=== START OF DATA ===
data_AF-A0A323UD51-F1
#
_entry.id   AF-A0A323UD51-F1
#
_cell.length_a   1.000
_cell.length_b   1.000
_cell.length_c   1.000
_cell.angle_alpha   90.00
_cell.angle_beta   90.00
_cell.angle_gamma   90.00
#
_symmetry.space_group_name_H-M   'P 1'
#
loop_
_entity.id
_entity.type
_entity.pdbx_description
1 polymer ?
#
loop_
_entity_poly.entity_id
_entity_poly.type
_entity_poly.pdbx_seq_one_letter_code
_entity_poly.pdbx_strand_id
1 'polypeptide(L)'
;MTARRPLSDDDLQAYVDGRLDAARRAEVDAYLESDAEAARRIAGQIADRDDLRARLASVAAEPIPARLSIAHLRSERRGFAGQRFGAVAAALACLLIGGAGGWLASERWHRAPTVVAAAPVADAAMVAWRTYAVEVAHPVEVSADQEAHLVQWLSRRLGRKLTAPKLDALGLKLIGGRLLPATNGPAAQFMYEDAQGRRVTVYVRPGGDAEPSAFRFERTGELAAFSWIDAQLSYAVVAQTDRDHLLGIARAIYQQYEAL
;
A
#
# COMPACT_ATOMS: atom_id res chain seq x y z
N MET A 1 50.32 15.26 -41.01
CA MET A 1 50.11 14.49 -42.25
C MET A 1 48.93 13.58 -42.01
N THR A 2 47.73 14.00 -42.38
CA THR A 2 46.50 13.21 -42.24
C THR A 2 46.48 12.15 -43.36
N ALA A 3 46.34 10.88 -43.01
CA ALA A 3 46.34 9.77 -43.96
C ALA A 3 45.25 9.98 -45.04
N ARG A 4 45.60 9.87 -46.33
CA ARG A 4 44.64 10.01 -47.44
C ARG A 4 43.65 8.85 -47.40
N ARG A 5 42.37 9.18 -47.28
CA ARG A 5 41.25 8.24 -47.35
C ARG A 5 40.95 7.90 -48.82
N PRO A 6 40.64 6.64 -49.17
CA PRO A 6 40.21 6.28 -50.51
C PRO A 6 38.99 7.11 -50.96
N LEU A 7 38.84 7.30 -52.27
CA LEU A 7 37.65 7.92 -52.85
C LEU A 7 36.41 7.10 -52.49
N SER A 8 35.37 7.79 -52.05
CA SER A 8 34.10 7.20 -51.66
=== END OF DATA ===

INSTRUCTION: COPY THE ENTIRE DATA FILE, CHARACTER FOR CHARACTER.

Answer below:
data_AF-A0A323UD51-F1
#
_entry.id   AF-A0A323UD51-F1
#
_cell.length_a   1.000
_cell.length_b   1.000
_cell.length_c   1.000
_cell.angle_alpha   90.00
_cell.angle_beta   90.00
_cell.angle_gamma   90.00
#
_symmetry.space_group_name_H-M   'P 1'
#
loop_
_entity.id
_entity.type
_entity.pdbx_description
1 polymer ?
#
loop_
_entity_poly.entity_id
_entity_poly.type
_entity_poly.pdbx_seq_one_letter_code
_entity_poly.pdbx_strand_id
1 'polypeptide(L)'
;MTARRPLSDDDLQAYVDGRLDAARRAEVDAYLESDAEAARRIAGQIADRDDLRARLASVAAEPIPARLSIAHLRSERRGFAGQRFGAVAAALACLLIGGAGGWLASERWHRAPTVVAAAPVADAAMVAWRTYAVEVAHPVEVSADQEAHLVQWLSRRLGRKLTAPKLDALGLKLIGGRLLPATNGPAAQFMYEDAQGRRVTVYVRPGGDAEPSAFRFERTGELAAFSWIDAQLSYAVVAQTDRDHLLGIARAIYQQYEAL
;
A
#
# COMPACT_ATOMS: atom_id res chain seq x y z
N MET A 1 50.32 15.26 -41.01
CA MET A 1 50.11 14.49 -42.25
C MET A 1 48.93 13.58 -42.01
N THR A 2 47.73 14.00 -42.38
CA THR A 2 46.50 13.21 -42.24
C THR A 2 46.48 12.15 -43.36
N ALA A 3 46.34 10.88 -43.01
CA ALA A 3 46.34 9.77 -43.96
C ALA A 3 45.25 9.98 -45.04
N ARG A 4 45.60 9.87 -46.33
CA ARG A 4 44.64 10.01 -47.44
C ARG A 4 43.65 8.85 -47.40
N ARG A 5 42.37 9.18 -47.28
CA ARG A 5 41.25 8.24 -47.35
C ARG A 5 40.95 7.90 -48.82
N PRO A 6 40.64 6.64 -49.17
CA PRO A 6 40.21 6.28 -50.51
C PRO A 6 38.99 7.11 -50.96
N LEU A 7 38.84 7.30 -52.27
CA LEU A 7 37.65 7.92 -52.85
C LEU A 7 36.41 7.10 -52.49
N SER A 8 35.37 7.79 -52.05
CA SER A 8 34.10 7.20 -51.66